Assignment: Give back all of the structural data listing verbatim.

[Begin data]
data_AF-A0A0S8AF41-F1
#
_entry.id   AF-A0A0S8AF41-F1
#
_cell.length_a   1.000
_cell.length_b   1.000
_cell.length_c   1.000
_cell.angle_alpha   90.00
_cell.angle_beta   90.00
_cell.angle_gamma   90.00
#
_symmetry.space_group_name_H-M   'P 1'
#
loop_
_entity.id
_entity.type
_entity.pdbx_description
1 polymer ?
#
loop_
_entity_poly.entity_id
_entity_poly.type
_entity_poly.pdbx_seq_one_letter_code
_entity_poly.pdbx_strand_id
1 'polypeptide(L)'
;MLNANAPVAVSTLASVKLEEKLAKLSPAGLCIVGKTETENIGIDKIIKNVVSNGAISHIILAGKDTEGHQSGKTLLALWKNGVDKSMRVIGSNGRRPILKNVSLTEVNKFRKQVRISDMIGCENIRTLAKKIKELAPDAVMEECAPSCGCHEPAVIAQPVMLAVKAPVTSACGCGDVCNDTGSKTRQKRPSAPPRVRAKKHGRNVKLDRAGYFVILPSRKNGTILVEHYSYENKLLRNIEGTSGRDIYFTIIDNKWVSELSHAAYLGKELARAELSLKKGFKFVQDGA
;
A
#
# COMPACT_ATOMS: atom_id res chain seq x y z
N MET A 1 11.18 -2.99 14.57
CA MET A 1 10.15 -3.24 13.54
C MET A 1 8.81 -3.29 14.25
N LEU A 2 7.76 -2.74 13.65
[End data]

data_AF-A0A0S8AF41-F1
#
_entry.id   AF-A0A0S8AF41-F1
#
_cell.length_a   1.000
_cell.length_b   1.000
_cell.length_c   1.000
_cell.angle_alpha   90.00
_cell.angle_beta   90.00
_cell.angle_gamma   90.00
#
_symmetry.space_group_name_H-M   'P 1'
#
loop_
_entity.id
_entity.type
_entity.pdbx_description
1 polymer ?
#
loop_
_entity_poly.entity_id
_entity_poly.type
_entity_poly.pdbx_seq_one_letter_code
_entity_poly.pdbx_strand_id
1 'polypeptide(L)'
;MLNANAPVAVSTLASVKLEEKLAKLSPAGLCIVGKTETENIGIDKIIKNVVSNGAISHIILAGKDTEGHQSGKTLLALWKNGVDKSMRVIGSNGRRPILKNVSLTEVNKFRKQVRISDMIGCENIRTLAKKIKELAPDAVMEECAPSCGCHEPAVIAQPVMLAVKAPVTSACGCGDVCNDTGSKTRQKRPSAPPRVRAKKHGRNVKLDRAGYFVILPSRKNGTILVEHYSYENKLLRNIEGTSGRDIYFTIIDNKWVSELSHAAYLGKELARAELSLKKGFKFVQDGA
;
A
#
# COMPACT_ATOMS: atom_id res chain seq x y z
N MET A 1 11.18 -2.99 14.57
CA MET A 1 10.15 -3.24 13.54
C MET A 1 8.81 -3.29 14.25
N LEU A 2 7.76 -2.74 13.65